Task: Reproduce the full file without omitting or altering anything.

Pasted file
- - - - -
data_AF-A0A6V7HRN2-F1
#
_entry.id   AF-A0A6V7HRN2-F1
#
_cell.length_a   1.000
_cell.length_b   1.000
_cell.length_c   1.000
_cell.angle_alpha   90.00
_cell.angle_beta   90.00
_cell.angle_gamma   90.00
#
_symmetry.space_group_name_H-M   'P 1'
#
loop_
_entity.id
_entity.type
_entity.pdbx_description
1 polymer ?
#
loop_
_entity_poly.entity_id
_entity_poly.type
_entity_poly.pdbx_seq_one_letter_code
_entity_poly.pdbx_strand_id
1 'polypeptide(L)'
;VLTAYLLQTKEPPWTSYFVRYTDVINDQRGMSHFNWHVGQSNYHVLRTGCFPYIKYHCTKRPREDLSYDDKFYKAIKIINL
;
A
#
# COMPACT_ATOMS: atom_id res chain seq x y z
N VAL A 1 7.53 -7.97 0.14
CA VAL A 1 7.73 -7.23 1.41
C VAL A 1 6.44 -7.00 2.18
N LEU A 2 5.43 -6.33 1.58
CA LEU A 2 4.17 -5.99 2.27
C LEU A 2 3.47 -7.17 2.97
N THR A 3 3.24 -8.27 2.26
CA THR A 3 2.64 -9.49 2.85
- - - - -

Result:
data_AF-A0A6V7HRN2-F1
#
_entry.id   AF-A0A6V7HRN2-F1
#
_cell.length_a   1.000
_cell.length_b   1.000
_cell.length_c   1.000
_cell.angle_alpha   90.00
_cell.angle_beta   90.00
_cell.angle_gamma   90.00
#
_symmetry.space_group_name_H-M   'P 1'
#
loop_
_entity.id
_entity.type
_entity.pdbx_description
1 polymer ?
#
loop_
_entity_poly.entity_id
_entity_poly.type
_entity_poly.pdbx_seq_one_letter_code
_entity_poly.pdbx_strand_id
1 'polypeptide(L)'
;VLTAYLLQTKEPPWTSYFVRYTDVINDQRGMSHFNWHVGQSNYHVLRTGCFPYIKYHCTKRPREDLSYDDKFYKAIKIINL
;
A
#
# COMPACT_ATOMS: atom_id res chain seq x y z
N VAL A 1 7.53 -7.97 0.14
CA VAL A 1 7.73 -7.23 1.41
C VAL A 1 6.44 -7.00 2.18
N LEU A 2 5.43 -6.33 1.58
CA LEU A 2 4.17 -5.99 2.27
C LEU A 2 3.47 -7.17 2.97
N THR A 3 3.24 -8.27 2.26
CA THR A 3 2.64 -9.49 2.85